A simple and neat way to build microservices

Meet Go micro, a zero-dependency microservice framework

Eirini-Eleni Papadopoulou
© Shutterstock / forden

Making use of the Go interface for its abstractions, Go micro is a pluggable framework for microservice development that promises to make building microservices a piece of cake.

Are you ready for a simple and neat way to build microservices? Then let’s take a closer look at Go micro, a pluggable framework for microservice development.

Go micro takes advantage of the Go interface for its abstractions and provides the core requirements for distributed systems development including RPC and event-driven communication.

Time to check out the most interesting features and the framework’s architecture.

The features

Service discovery – Automatic service registration and name resolution. Service discovery is at the core of micro service development. When service A needs to speak to service B it needs the location of that service. The default discovery mechanism is multicast DNS (mdns), a zeroconf system.

Load balancing – Client-side load balancing built on service discovery.

Message encoding  Dynamic message encoding based on content-type. The client and server will use codecs along with content-type to seamlessly encode and decode Go types for you. Any variety of messages could be encoded and sent from different clients and the client and server handle this by default. This includes protobuf and json by default.

Sync streaming  RPC based request/response with support for bidirectional streaming that provides an abstraction for synchronous communication. A request made to a service will be automatically resolved, load balanced, dialed and streamed.

Async messaging  PubSub is built in as a first-class citizen for asynchronous communication and event-driven architectures. Event notifications are a core pattern in microservice development.

Pluggable interfaces  Makes use of Go interfaces for each distributed system abstraction. Because of this these interfaces are pluggable and allows Go Micro to be runtime agnostic. You can plug in any underlying technology. Find the extensive list of plugins here.

SEE ALSO: 5 open source Go tools for tuning up your Golang mastery

Taking a closer look at this tool, it is definitely worth mentioning that Go micro is composed of a number of packages. Namely:

  • Transport for sync messaging – Interface for synchronous request/response communication between services. It’s akin to the Golang net package but provides a higher level abstraction which allows you to switch out communication mechanisms. It also supports bidirectional streaming.
  • Broker for async messaging – Provides an interface to a message broker for asynchronous pub/sub communication. This is one of the fundamental requirements of an event-driven architecture and microservices.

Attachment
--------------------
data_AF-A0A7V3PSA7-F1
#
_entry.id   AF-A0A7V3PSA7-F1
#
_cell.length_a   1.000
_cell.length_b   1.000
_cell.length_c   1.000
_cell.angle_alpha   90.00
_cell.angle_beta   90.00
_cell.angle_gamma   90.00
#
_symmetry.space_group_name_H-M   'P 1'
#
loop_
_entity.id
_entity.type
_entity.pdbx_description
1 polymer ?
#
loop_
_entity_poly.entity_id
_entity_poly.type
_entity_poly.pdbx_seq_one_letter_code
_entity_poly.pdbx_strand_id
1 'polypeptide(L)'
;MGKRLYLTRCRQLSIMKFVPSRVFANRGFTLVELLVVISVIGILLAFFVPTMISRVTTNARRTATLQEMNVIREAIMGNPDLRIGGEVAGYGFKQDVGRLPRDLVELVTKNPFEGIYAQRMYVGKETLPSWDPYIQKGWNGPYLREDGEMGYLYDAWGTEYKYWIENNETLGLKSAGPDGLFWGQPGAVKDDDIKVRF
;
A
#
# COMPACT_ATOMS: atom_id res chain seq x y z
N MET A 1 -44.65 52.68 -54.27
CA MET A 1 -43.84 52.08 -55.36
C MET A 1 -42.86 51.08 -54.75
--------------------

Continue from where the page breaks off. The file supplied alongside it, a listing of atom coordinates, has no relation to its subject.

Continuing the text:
• Codec for message encoding – Used for encoding and decoding messages before transporting them across the wire. Where this differs from most other codecs is that we actually support the RPC format here as well.
  • Registry for service discovery – Provides a service discovery mechanism to resolve names to addresses. Services should register using the registry on startup and deregister on shutdown.
  • Selector for load balancing – Load balancing abstraction which builds on the registry. It allows services to be “filtered” using filter functions and “selected” using a choice of algorithms.
  • Server for handling requests – The building block for writing a service. The service builds on the above packages to provide a unified interface for serving requests.
  • Client for making requests – Provides an interface to make requests to services. Again like the server, it builds on the other packages to provide a unified interface for finding services by name using the registry, load balancing using the selector, making synchronous requests with the transport and asynchronous messaging using the broker.

Head over to the official documentation or Go micro’s GitHub repo to find more information on this tool.

Getting started

If you want to give Go micro a try, you can do so by running:

go get

Check out the ‘install guide‘ for all the relevant information.

Eirini-Eleni Papadopoulou
Eirini-Eleni Papadopoulou is an editor for Just finished her masters in Modern East Asian Studies and plans to continue with her old hobby that is computer science.

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